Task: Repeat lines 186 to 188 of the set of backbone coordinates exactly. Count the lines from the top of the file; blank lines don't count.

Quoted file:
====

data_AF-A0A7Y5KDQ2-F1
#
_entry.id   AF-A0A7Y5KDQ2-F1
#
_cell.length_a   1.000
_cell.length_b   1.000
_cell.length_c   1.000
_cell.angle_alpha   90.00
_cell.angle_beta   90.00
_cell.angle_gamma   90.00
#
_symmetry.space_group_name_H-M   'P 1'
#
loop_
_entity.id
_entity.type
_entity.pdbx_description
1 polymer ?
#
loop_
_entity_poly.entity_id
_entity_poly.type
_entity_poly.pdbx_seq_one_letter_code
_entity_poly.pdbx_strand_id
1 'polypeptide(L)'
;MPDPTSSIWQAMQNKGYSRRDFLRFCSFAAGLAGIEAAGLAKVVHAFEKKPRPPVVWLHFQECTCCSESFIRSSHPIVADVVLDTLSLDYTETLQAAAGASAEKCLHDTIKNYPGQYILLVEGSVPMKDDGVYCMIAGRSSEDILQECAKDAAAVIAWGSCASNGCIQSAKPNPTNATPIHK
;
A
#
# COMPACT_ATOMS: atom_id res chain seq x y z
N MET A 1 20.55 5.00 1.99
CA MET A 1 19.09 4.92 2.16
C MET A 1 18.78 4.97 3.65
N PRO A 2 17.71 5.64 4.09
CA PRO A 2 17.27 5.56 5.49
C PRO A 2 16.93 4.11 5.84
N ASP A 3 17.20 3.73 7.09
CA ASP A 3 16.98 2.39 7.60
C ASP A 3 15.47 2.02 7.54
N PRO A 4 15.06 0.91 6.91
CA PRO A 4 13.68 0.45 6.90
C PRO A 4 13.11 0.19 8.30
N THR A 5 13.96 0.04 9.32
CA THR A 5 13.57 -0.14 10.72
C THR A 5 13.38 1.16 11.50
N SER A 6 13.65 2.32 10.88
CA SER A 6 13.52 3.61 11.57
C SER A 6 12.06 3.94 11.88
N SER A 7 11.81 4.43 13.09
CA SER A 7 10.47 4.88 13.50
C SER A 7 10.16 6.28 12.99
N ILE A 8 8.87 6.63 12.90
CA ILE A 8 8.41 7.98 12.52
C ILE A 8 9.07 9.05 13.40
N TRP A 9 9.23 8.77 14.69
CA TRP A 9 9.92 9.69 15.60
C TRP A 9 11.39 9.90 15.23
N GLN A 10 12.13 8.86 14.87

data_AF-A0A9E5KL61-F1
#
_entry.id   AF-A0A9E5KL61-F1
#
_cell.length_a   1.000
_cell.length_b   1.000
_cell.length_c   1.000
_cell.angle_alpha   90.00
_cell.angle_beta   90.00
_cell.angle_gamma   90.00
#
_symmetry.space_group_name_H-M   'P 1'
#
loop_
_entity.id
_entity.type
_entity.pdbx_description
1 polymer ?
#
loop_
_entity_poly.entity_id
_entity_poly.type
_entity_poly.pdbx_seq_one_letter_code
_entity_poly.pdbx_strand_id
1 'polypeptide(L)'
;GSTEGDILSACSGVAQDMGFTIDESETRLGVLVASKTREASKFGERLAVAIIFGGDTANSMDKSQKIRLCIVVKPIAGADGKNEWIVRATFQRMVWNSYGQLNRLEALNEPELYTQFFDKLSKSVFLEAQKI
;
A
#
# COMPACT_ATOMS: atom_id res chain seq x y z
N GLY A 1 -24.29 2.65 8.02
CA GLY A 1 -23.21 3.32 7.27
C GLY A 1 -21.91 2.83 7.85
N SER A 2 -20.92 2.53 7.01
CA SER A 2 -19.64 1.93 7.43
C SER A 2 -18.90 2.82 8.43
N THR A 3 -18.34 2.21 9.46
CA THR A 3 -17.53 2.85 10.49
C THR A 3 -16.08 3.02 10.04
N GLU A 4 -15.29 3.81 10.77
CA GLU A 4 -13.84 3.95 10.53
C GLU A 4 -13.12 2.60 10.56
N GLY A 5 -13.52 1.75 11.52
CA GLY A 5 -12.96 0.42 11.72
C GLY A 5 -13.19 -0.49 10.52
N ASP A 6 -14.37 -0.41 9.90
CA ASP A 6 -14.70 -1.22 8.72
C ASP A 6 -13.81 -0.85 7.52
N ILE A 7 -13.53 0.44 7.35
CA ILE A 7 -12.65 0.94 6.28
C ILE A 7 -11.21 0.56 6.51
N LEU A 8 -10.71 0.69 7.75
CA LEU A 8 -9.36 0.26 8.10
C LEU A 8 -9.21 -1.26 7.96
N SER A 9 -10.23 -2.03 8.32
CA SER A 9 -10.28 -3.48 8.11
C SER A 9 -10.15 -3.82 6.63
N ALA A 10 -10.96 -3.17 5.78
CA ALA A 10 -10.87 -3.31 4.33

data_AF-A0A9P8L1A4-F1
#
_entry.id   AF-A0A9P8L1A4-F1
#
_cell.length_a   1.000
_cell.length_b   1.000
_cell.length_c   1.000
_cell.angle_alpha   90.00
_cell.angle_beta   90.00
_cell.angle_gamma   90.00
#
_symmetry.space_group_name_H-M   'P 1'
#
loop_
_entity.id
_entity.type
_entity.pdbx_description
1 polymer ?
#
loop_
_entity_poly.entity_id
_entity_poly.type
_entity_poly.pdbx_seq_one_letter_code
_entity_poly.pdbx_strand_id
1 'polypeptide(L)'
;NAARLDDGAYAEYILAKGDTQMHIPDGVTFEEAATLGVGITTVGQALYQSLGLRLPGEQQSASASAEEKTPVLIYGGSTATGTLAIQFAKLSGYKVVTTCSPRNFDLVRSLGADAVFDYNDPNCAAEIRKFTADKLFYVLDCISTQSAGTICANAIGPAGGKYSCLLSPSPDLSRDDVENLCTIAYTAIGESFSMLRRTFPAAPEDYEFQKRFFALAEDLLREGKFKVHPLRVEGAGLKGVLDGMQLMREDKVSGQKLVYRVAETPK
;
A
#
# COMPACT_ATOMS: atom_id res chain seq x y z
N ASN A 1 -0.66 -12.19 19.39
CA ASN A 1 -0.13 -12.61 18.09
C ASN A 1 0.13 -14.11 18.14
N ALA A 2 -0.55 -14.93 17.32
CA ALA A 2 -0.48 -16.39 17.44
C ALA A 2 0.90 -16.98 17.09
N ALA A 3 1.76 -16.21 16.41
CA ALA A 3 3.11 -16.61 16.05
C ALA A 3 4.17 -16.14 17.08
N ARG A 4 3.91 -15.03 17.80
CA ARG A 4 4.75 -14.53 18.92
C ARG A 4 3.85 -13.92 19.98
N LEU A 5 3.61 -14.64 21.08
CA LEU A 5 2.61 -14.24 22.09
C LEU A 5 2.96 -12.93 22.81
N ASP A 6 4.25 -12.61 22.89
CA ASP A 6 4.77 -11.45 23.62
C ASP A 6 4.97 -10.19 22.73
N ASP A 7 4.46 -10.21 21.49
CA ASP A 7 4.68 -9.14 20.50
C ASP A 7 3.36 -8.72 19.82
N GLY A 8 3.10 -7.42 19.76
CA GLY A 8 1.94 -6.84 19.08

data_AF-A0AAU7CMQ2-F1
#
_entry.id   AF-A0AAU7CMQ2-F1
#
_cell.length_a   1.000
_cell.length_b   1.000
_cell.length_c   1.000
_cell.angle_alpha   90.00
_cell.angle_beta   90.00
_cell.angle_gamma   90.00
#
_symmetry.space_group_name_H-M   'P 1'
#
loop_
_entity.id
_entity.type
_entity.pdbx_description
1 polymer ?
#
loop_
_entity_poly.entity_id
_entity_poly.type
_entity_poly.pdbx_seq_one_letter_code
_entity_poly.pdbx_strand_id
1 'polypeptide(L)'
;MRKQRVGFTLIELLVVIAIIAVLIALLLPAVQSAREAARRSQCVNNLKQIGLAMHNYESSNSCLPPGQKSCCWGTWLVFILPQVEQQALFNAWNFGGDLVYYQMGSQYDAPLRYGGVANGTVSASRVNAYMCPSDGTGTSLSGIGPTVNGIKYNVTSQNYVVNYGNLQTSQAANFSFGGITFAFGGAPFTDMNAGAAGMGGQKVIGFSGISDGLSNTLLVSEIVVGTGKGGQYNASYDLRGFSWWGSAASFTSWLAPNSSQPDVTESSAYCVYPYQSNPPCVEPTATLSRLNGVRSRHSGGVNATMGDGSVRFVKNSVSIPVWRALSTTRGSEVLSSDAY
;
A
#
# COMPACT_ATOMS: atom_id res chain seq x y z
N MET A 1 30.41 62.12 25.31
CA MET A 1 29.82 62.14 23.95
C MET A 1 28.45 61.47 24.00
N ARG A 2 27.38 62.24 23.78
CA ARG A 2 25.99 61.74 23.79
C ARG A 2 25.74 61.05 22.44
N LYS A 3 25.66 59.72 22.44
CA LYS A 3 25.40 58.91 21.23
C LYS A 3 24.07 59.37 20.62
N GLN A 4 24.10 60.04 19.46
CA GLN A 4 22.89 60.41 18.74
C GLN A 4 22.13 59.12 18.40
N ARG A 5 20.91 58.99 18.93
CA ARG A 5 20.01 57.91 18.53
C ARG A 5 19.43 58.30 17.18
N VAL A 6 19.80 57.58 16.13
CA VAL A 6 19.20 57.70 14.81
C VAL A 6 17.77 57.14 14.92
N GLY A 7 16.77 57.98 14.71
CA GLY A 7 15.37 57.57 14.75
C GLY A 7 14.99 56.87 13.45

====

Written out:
_entity.type
_entity.pdbx_description
1 polymer ?